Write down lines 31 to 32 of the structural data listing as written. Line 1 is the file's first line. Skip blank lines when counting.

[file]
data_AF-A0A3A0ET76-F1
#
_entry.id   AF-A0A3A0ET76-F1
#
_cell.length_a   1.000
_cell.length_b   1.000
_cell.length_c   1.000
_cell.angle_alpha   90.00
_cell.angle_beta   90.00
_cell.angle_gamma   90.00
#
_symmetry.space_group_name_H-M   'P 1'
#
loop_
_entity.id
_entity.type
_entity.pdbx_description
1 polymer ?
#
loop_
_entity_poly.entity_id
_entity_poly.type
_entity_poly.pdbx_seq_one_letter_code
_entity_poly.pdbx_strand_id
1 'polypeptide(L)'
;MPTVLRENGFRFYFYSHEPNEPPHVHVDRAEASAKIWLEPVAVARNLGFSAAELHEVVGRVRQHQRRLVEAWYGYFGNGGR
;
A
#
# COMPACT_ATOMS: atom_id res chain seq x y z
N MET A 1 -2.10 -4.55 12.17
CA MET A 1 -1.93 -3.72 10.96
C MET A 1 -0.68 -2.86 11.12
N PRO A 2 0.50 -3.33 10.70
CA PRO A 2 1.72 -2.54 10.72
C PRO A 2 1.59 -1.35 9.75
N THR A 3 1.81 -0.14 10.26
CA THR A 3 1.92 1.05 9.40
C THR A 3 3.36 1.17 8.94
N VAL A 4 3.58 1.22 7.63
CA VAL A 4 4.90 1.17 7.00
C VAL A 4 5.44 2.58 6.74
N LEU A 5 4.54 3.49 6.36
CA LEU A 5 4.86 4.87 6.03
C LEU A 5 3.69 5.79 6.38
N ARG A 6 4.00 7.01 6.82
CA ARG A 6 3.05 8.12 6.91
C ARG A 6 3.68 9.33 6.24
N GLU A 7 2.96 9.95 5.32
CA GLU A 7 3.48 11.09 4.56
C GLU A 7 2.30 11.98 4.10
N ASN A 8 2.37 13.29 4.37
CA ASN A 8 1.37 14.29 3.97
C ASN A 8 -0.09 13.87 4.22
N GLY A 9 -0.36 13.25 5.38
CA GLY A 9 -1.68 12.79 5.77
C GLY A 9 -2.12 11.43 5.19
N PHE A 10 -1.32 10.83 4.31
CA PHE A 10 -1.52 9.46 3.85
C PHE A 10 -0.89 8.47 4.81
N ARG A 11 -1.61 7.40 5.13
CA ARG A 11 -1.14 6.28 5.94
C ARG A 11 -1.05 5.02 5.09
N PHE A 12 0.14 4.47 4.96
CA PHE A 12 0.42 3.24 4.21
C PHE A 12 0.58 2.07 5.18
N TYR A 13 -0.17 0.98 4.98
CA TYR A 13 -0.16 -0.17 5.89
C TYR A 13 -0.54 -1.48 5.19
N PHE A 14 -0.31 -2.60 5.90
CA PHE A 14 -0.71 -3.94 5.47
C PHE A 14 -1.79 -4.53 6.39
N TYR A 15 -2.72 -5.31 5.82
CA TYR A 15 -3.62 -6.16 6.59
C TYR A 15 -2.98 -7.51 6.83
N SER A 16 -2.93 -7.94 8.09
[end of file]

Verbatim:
N MET A 1 -2.10 -4.55 12.17
CA MET A 1 -1.93 -3.72 10.96